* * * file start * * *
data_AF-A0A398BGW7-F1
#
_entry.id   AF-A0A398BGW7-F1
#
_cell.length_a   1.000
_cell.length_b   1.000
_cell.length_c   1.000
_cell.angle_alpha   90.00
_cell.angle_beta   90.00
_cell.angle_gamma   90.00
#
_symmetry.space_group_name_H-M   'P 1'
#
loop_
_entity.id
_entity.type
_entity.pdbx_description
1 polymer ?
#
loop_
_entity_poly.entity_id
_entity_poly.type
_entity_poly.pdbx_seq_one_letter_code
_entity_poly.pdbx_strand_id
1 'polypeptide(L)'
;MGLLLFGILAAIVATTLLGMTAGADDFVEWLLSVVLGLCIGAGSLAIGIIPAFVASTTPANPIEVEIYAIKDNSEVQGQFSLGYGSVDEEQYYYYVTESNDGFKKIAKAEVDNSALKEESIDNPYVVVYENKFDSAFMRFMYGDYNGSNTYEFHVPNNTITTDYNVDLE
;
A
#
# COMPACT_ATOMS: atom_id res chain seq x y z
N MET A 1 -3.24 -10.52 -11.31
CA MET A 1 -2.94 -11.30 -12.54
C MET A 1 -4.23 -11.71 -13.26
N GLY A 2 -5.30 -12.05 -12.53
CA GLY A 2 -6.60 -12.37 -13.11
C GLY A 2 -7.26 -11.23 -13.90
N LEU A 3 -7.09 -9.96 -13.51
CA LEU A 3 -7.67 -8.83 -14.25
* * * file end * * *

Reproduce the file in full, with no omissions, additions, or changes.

data_AF-A0A398BGW7-F1
#
_entry.id   AF-A0A398BGW7-F1
#
_cell.length_a   1.000
_cell.length_b   1.000
_cell.length_c   1.000
_cell.angle_alpha   90.00
_cell.angle_beta   90.00
_cell.angle_gamma   90.00
#
_symmetry.space_group_name_H-M   'P 1'
#
loop_
_entity.id
_entity.type
_entity.pdbx_description
1 polymer ?
#
loop_
_entity_poly.entity_id
_entity_poly.type
_entity_poly.pdbx_seq_one_letter_code
_entity_poly.pdbx_strand_id
1 'polypeptide(L)'
;MGLLLFGILAAIVATTLLGMTAGADDFVEWLLSVVLGLCIGAGSLAIGIIPAFVASTTPANPIEVEIYAIKDNSEVQGQFSLGYGSVDEEQYYYYVTESNDGFKKIAKAEVDNSALKEESIDNPYVVVYENKFDSAFMRFMYGDYNGSNTYEFHVPNNTITTDYNVDLE
;
A
#
# COMPACT_ATOMS: atom_id res chain seq x y z
N MET A 1 -3.24 -10.52 -11.31
CA MET A 1 -2.94 -11.30 -12.54
C MET A 1 -4.23 -11.71 -13.26
N GLY A 2 -5.30 -12.05 -12.53
CA GLY A 2 -6.60 -12.37 -13.11
C GLY A 2 -7.26 -11.23 -13.90
N LEU A 3 -7.09 -9.96 -13.51
CA LEU A 3 -7.67 -8.83 -14.25